Title

What Can the Vocal Folds of Túngara Frogs Tell us About the Complexity of their Calls?

Poster Number

33

Lead Author Major

Pre-Dentistry

Format

Poster Presentation

Faculty Mentor Name

Marcos Gridi-Papp

Faculty Mentor Department

Biological Sciences

Abstract/Artist Statement

The túngara frog (Engystomops pustulosus) is one of the most important models of acoustic communication among vertebrates today. More than 40 years of research have shown how female choice can drive the evolution of the male advertisement signals in this species. Males increase their attractiveness by facultatively increasing the complexity of their calls. Studies have shown that the complex calls involve a laryngeal structure called fibrous mass, which is unusually enlarged in túngara frogs, but the mechanism has not been explained. It is unclear how the facultative sound can be produced simultaneously with the normal call, and how the animals control its onset. With the goal of identifying morphological features of the larynx that could help explain the mechanisms of complex call production, we embarked on a detailed study of the entire larynx of E. pustulosus. We dissected the larynx from specimens fixated in formalin, then decalcified, dehydrated, embedded in paraffin, sectioned with microtome, mounted on slides, rehydrated, and stained the tissues. Next, we examined the sections and photographed them for measurement and 3D reconstruction. Our results show that the vocal folds have an unusually broad attachment to the arytenoid cartilage which practically divides each fold in two membranes, facilitating the addition of a secondary simultaneous vibration. The vocal folds also receive extensive attachments of the extrinsic laryngeal musculature. Such attachments seem appropriate to adjust the position of the fibrous masses in the airflow and control the onset of the complex call. Quantitative changes in common laryngeal structures rather origination of new structures seems to be the explanation for complex calling in the túngara frog.

Location

DeRosa University Center, Ballroom

Start Date

20-4-2013 1:00 PM

End Date

20-4-2013 3:00 PM

This document is currently not available here.

Share

COinS
 
Apr 20th, 1:00 PM Apr 20th, 3:00 PM

What Can the Vocal Folds of Túngara Frogs Tell us About the Complexity of their Calls?

DeRosa University Center, Ballroom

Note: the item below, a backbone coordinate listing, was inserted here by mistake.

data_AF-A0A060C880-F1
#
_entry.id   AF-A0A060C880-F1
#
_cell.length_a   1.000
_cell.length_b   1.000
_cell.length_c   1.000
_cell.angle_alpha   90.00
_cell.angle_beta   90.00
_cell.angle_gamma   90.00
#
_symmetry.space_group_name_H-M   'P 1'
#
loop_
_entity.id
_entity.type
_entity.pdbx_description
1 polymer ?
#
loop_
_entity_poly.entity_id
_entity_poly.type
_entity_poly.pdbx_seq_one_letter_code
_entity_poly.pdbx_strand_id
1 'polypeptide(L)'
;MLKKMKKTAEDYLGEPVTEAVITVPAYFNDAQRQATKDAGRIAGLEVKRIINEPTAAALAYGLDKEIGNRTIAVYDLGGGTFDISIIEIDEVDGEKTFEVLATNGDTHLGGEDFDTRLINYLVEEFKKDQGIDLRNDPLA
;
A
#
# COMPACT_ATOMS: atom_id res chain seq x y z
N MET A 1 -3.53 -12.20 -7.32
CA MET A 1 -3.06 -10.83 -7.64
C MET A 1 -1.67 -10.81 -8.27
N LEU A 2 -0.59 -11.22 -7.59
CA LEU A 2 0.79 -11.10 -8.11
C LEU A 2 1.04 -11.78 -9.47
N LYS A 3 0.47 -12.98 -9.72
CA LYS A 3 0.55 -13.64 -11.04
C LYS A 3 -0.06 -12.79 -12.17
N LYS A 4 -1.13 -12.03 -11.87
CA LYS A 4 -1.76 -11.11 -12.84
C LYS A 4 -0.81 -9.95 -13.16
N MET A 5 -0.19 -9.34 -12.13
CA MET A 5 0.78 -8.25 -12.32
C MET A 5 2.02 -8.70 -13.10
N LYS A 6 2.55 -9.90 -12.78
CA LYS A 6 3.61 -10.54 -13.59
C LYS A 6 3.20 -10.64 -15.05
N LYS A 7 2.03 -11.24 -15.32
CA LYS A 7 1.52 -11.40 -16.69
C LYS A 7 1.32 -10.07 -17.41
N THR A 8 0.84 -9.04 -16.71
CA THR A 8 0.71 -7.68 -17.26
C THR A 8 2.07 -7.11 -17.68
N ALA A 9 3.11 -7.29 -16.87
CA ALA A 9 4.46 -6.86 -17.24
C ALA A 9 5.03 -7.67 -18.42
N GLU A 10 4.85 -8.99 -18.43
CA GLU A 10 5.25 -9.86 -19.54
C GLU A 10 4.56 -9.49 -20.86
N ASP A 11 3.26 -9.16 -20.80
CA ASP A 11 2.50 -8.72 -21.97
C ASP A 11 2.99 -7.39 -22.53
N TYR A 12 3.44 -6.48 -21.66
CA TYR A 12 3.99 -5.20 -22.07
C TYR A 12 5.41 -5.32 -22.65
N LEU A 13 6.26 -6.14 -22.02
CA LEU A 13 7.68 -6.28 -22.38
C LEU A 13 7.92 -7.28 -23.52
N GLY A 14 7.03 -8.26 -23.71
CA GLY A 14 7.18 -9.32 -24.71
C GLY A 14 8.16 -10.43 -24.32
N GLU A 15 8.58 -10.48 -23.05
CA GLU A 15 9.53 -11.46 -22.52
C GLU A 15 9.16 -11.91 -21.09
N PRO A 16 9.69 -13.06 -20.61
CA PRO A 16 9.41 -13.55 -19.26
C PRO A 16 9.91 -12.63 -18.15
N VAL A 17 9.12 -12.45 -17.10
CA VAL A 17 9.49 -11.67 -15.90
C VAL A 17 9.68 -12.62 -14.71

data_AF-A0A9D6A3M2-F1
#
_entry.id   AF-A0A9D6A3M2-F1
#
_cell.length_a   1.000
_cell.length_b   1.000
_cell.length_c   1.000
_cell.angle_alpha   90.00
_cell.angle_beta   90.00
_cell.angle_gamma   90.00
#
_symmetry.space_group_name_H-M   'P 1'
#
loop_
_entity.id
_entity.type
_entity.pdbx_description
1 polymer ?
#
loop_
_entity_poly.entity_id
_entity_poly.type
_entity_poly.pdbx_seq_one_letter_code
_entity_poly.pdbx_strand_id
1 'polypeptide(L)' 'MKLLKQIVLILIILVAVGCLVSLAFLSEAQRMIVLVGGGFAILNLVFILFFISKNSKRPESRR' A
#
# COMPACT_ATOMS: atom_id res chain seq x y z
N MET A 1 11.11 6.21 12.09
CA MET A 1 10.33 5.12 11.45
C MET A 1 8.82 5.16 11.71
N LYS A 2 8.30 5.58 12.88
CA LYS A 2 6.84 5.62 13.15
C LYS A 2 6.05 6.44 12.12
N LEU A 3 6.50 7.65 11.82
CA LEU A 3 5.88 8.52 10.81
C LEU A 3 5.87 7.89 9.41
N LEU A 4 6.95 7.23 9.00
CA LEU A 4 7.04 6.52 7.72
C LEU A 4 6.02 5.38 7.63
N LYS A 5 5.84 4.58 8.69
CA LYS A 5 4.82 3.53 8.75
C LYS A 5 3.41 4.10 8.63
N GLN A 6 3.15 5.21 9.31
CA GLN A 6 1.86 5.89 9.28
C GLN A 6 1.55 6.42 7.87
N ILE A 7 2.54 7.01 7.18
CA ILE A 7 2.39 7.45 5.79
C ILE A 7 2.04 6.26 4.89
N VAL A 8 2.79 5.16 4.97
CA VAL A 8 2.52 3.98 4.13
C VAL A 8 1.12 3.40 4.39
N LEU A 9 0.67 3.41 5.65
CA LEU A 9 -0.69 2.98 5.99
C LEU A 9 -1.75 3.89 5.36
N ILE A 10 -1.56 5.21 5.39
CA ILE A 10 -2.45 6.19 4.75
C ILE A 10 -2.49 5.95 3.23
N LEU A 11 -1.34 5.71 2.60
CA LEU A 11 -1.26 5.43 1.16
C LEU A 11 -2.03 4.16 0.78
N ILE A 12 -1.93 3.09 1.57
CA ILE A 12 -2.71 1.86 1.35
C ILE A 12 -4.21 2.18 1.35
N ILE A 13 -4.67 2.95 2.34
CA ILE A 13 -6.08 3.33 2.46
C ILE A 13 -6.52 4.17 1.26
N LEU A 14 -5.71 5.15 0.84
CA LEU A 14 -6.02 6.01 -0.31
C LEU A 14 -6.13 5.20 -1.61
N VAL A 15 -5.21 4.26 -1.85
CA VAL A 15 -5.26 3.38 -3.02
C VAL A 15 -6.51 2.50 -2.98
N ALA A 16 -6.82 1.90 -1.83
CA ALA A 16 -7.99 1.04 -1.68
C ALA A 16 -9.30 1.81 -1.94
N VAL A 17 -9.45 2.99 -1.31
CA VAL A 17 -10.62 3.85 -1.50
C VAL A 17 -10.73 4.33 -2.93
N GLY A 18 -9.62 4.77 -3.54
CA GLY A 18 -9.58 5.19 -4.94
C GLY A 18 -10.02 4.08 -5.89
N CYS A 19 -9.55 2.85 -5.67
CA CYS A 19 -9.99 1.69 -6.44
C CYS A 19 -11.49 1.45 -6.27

The túngara frog (Engystomops pustulosus) is one of the most important models of acoustic communication among vertebrates today. More than 40 years of research have shown how female choice can drive the evolution of the male advertisement signals in this species. Males increase their attractiveness by facultatively increasing the complexity of their calls. Studies have shown that the complex calls involve a laryngeal structure called fibrous mass, which is unusually enlarged in túngara frogs, but the mechanism has not been explained. It is unclear how the facultative sound can be produced simultaneously with the normal call, and how the animals control its onset. With the goal of identifying morphological features of the larynx that could help explain the mechanisms of complex call production, we embarked on a detailed study of the entire larynx of E. pustulosus. We dissected the larynx from specimens fixated in formalin, then decalcified, dehydrated, embedded in paraffin, sectioned with microtome, mounted on slides, rehydrated, and stained the tissues. Next, we examined the sections and photographed them for measurement and 3D reconstruction. Our results show that the vocal folds have an unusually broad attachment to the arytenoid cartilage which practically divides each fold in two membranes, facilitating the addition of a secondary simultaneous vibration. The vocal folds also receive extensive attachments of the extrinsic laryngeal musculature. Such attachments seem appropriate to adjust the position of the fibrous masses in the airflow and control the onset of the complex call. Quantitative changes in common laryngeal structures rather origination of new structures seems to be the explanation for complex calling in the túngara frog.